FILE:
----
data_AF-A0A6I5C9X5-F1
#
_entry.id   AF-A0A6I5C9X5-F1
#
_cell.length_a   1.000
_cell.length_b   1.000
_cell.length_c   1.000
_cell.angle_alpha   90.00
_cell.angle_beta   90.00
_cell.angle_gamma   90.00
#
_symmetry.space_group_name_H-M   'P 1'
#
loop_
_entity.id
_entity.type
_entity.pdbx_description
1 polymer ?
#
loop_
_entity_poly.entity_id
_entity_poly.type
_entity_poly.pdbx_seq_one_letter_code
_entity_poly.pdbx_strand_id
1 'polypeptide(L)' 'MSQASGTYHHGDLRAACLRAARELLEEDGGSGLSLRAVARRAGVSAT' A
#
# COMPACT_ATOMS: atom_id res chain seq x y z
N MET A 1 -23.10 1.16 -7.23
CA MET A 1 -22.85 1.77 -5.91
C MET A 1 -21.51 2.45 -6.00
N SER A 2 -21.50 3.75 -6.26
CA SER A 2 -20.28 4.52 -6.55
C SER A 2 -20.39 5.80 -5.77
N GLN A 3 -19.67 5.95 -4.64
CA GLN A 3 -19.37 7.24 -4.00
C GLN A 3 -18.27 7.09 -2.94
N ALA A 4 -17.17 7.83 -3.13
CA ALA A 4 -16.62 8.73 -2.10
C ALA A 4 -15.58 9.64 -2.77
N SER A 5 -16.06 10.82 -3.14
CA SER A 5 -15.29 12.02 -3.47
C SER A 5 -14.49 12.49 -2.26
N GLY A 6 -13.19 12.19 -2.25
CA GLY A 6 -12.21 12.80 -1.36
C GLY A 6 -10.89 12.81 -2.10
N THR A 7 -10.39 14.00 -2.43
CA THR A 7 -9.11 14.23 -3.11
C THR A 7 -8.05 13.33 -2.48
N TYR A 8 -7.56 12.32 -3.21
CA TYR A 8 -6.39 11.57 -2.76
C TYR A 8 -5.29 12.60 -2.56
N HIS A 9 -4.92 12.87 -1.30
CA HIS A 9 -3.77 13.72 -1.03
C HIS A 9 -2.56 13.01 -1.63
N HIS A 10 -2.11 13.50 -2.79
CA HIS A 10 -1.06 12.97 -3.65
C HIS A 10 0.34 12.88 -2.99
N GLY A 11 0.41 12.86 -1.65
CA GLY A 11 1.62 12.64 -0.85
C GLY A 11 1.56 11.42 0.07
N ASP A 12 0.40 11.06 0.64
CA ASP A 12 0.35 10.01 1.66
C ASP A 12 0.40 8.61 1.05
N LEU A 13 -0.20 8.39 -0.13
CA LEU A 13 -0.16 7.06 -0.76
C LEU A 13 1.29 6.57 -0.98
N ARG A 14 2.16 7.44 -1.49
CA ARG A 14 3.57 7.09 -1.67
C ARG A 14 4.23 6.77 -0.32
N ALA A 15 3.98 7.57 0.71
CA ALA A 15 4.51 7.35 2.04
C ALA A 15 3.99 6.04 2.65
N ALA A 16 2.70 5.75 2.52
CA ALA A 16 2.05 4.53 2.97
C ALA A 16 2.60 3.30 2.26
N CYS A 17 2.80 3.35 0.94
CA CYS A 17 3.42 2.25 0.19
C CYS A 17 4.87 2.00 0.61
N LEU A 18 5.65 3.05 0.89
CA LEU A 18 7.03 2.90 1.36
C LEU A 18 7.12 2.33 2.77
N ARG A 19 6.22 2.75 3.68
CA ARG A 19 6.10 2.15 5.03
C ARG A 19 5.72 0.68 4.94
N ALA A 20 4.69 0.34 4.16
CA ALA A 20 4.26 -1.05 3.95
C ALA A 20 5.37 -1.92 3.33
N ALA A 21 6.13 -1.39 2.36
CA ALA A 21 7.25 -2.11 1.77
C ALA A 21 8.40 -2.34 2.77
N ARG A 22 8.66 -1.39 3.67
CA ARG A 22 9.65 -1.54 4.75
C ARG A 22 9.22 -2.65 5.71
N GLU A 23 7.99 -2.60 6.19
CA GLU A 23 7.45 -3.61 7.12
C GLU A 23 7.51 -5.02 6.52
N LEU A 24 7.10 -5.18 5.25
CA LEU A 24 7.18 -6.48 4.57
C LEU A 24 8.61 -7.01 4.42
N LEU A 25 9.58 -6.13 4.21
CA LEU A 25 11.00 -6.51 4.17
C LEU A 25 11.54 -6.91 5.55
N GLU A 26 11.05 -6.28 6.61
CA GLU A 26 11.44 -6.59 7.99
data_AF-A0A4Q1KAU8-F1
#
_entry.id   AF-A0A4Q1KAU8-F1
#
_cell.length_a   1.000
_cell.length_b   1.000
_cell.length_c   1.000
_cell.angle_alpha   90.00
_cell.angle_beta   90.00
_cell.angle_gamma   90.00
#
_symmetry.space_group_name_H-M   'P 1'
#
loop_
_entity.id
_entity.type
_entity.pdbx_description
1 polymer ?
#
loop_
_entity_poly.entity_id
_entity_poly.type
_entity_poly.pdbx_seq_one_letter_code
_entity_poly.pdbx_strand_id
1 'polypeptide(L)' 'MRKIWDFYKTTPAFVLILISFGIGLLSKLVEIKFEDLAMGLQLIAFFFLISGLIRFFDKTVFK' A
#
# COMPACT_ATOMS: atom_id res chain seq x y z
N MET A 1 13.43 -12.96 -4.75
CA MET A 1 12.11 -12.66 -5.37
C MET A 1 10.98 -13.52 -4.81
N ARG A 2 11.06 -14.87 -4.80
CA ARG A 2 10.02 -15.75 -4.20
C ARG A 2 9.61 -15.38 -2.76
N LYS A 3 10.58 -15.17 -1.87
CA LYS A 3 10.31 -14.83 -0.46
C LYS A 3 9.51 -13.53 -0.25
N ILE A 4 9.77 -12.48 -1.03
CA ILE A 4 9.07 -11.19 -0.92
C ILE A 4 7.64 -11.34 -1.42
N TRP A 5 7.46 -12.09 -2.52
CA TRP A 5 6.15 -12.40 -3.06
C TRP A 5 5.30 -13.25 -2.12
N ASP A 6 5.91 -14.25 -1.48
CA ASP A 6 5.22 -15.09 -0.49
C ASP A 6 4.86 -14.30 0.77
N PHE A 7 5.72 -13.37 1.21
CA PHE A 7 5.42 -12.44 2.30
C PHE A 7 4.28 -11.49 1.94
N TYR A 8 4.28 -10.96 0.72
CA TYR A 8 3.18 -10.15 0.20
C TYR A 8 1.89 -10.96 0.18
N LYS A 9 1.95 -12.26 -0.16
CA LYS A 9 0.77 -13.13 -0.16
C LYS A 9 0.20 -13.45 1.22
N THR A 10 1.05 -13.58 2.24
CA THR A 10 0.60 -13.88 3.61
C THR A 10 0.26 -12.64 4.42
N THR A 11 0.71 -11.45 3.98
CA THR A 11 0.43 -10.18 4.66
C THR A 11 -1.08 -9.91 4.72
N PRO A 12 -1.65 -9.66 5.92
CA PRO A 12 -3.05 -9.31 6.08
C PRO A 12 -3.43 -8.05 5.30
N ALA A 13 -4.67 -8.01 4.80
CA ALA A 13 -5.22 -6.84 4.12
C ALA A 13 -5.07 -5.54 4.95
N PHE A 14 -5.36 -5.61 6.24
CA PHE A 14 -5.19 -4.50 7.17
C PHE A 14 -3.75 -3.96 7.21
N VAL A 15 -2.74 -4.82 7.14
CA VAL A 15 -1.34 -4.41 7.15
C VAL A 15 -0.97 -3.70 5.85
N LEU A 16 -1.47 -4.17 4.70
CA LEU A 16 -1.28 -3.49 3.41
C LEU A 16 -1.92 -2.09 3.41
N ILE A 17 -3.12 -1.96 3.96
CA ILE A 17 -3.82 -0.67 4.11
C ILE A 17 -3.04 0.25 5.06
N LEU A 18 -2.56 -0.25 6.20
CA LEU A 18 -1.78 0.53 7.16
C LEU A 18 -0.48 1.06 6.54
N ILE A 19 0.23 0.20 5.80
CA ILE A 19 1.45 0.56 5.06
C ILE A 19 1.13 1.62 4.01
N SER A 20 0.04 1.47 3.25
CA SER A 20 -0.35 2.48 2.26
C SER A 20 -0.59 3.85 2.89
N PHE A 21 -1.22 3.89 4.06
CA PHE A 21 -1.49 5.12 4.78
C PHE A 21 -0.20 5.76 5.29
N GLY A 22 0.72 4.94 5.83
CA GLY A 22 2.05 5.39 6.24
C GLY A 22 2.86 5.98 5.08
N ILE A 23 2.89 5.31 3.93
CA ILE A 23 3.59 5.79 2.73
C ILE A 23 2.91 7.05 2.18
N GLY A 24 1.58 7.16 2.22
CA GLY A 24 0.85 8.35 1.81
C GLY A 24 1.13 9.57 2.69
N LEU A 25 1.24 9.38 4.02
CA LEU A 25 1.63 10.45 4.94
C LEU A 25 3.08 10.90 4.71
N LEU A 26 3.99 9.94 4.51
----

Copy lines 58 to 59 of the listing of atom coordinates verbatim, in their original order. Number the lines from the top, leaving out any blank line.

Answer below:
N GLY A 11 0.41 12.86 -1.65
CA GLY A 11 1.62 12.64 -0.85